Review of: Eva Rieger, _Richard Wagner’s Women_, trans. Chris Walton (Boydell Press, 2011); and Laurence Dreyfus, _Wagner and the Erotic Impulse_ (Harvard University Press, 2010), in Current Musicology, No. 93 (Fall. 2013), 125-36.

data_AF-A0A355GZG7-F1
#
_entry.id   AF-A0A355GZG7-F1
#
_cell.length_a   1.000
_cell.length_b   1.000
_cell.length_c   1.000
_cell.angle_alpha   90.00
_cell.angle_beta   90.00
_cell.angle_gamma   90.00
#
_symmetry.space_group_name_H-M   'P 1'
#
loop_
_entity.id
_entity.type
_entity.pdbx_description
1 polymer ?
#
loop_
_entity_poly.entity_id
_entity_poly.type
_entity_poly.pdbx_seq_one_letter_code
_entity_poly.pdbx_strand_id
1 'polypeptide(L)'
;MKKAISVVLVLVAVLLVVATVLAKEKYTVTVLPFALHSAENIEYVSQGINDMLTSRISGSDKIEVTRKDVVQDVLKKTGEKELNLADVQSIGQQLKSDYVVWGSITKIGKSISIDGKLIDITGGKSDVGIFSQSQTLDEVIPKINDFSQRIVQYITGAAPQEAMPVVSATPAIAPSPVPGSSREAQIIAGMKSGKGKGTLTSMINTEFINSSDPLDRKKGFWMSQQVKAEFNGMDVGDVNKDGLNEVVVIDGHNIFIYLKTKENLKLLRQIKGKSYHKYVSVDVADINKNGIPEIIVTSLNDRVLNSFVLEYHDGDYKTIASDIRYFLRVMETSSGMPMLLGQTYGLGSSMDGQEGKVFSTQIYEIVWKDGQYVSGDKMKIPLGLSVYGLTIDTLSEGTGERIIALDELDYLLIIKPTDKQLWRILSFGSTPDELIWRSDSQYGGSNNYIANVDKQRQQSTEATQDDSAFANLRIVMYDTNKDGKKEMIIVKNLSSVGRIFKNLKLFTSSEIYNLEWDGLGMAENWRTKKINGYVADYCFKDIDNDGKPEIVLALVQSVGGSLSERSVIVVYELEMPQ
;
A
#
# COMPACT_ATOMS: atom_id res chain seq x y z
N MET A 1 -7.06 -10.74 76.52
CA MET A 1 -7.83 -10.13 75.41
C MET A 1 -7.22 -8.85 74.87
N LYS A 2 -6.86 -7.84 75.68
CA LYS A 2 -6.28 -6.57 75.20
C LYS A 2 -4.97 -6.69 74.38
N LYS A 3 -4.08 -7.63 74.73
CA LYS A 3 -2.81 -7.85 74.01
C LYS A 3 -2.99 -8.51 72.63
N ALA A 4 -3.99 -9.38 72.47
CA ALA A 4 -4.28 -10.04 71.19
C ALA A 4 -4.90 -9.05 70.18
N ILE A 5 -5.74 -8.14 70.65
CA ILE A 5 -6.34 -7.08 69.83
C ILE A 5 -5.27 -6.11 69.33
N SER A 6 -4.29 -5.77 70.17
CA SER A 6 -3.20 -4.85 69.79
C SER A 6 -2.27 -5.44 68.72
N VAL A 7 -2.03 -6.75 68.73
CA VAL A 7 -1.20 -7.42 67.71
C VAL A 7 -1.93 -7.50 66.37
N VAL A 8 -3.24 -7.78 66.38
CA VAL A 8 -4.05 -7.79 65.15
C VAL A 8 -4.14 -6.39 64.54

The anniversary commemoration of great artistic figures would be incomplete without a survey of the scholarly landscape. So in the year of Richard Wagner’s bicentenary, the publication of new books shows no sign of abating, and nor should it, when there is still so much to be said about this most controversial of composers. But many of the literary products that pass for Wagner scholarship are still beset by popular assumption, blind deference, and trite dismissal, imposing a dead weight that threatens to smother the critical spark that alone can do Wagner justice and demonstrate his startling relevance. It is in this spirit that the present article will individually review two recent publications on gender and sexuality in Wagner, and finally compare them and reflect on wider scholarly trends and possibilities.